Two new studies have found that emergency contraception can be effective up to five days after unprotected intercourse. Until now, the pill was only thought to be effective in preventing pregnancy up to 72 hours after unprotected sex. However, the researchers found that the difference between women who take emergency contraception (EC) within 72 hours and those who take EC within 120 hours is statistically insignificant, according to the American College of Obstetricians and Gynecologists. The pill is still most effective when taken within the first 24 hours after unprotected sex, when it lowers a woman’s risk of becoming pregnant by up to 95 percent. Overall, EC is 75-88 percent effective. The studies are published in the June issue of Obstetrics & Gynecology, ACOG’s journal.
One of the studies’ authors, Dr. Charlotte Ellertson, cautions that it is still important to take the pills as soon as possible, according to ACOG. However, given the findings of these studies, doctors should still dispense EC even after 72 hours and “there should be no cutoff imposed by the clinic,” she said. Offering women advance prescriptions of EC is one way to ensure that women will be able to take the pill soon after unprotected sex. “Even though these pills are effective for several days, the emphasis should be on taking them as soon as possible after having sex,” said Kirsten Moore, president of the Reproductive Health Technologies Project, according to WebMD News. “The best way to ensure this happens is if they are already in a woman’s medicine cabinet.”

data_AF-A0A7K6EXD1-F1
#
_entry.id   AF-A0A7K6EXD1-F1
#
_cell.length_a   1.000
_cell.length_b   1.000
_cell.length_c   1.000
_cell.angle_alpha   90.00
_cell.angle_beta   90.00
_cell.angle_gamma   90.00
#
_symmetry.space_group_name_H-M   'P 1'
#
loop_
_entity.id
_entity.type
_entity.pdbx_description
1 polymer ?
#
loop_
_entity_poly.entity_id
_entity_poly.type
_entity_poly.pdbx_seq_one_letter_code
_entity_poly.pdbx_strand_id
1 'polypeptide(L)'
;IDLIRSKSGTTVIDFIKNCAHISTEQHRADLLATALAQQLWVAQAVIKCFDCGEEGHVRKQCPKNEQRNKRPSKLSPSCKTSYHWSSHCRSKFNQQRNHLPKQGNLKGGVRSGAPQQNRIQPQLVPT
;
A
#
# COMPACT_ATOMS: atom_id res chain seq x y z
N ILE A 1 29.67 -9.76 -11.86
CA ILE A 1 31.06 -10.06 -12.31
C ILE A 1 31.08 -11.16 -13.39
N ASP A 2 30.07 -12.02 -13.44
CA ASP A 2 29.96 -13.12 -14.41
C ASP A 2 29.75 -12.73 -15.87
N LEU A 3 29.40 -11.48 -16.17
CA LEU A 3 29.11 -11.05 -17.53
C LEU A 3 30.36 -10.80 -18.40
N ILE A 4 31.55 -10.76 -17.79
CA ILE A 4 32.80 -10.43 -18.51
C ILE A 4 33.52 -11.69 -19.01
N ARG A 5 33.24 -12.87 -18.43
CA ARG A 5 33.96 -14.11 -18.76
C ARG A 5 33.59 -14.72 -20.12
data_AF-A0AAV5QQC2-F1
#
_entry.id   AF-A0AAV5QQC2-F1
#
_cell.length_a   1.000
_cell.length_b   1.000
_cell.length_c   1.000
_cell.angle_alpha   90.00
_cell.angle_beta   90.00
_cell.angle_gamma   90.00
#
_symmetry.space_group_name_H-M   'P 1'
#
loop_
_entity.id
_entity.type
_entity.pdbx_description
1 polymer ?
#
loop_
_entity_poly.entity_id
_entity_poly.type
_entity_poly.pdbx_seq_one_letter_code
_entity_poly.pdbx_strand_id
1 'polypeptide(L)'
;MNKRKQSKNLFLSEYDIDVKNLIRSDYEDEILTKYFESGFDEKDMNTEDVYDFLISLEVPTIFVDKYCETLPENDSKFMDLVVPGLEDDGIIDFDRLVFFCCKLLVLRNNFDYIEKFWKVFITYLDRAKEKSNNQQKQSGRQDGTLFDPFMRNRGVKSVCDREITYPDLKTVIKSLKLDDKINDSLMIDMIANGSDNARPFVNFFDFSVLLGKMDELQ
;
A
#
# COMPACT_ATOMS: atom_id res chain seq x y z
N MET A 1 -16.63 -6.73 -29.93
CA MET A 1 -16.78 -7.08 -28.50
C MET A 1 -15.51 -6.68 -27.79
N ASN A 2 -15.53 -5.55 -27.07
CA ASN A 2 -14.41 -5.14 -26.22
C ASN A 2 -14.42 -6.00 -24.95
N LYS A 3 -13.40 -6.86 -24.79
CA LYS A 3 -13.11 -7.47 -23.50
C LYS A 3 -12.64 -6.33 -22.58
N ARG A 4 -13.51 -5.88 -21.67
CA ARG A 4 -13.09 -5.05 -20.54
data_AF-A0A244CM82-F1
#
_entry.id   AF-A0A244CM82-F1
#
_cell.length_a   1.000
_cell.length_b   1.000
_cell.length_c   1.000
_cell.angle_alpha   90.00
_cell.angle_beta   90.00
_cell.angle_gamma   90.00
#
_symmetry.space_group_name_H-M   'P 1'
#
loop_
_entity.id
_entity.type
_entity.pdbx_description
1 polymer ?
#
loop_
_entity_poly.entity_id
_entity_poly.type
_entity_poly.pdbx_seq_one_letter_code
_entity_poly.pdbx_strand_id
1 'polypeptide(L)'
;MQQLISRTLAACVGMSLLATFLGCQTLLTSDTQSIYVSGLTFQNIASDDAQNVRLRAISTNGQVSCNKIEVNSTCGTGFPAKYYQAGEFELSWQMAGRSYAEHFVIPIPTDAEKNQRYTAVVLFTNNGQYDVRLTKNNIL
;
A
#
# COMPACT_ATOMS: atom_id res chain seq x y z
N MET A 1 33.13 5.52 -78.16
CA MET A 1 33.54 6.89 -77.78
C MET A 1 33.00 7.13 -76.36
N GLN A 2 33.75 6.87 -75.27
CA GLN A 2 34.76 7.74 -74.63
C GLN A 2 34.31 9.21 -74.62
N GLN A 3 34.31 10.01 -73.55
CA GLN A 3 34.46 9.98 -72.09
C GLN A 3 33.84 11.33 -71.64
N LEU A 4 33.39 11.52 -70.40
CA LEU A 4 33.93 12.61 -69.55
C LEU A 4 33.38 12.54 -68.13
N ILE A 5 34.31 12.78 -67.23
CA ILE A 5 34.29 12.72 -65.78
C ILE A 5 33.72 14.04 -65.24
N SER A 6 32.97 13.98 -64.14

The Feminist Majority Foundation, along with a host of other reproductive health and rights groups, including ACOG and the American Medical Association, advocates for Food and Drug Administration (FDA) approval for EC to be available over the counter. The Women’s Capital Corporation, makers of Plan B, have submitted a request to the FDA for over-the-counter status. The FDA is expected to make its decision at the end of this year or in early 2004. “The United States has the highest rate of unintended pregnancies in the industrialized world,” said Beth Jordan, MD, medical director of the Feminist Majority Foundation. “Since emergency contraception has the potential to prevent half of these pregnancies, the scientific imperative is clear: emergency contraception must be available over the counter.”
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